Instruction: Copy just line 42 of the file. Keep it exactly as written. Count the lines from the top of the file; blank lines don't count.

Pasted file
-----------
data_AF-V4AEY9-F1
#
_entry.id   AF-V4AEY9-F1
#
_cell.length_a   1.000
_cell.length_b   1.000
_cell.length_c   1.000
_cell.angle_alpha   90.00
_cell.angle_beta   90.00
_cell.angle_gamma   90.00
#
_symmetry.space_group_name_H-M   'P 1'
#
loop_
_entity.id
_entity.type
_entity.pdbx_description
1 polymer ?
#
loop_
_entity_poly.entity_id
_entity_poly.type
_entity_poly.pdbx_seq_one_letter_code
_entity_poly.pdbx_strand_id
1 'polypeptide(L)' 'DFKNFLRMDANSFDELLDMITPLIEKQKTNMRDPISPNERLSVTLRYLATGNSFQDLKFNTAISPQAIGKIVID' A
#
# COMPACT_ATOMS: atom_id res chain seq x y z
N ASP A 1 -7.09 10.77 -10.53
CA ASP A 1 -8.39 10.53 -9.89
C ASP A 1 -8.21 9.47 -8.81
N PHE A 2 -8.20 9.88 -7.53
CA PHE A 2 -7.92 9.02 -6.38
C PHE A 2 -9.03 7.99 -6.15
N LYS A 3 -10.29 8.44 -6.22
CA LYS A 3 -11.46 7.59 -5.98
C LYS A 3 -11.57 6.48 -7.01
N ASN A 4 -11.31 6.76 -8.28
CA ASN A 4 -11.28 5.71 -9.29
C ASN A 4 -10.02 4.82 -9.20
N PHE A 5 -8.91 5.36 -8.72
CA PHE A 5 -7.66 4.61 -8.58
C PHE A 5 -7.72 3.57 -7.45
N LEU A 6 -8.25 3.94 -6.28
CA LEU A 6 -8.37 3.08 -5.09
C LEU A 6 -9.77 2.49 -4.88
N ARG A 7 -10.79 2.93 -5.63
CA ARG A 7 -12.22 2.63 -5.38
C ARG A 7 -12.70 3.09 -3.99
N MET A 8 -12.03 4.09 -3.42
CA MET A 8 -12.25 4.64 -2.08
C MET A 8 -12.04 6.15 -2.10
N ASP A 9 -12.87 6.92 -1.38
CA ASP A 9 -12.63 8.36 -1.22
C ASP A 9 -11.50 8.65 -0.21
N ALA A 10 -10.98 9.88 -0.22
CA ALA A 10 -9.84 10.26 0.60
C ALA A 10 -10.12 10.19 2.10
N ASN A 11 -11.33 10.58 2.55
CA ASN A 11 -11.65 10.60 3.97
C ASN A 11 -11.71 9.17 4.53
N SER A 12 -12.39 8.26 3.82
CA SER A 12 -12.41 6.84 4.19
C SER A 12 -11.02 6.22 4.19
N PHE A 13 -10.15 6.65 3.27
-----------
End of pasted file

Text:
C PHE A 5 -7.72 3.57 -7.45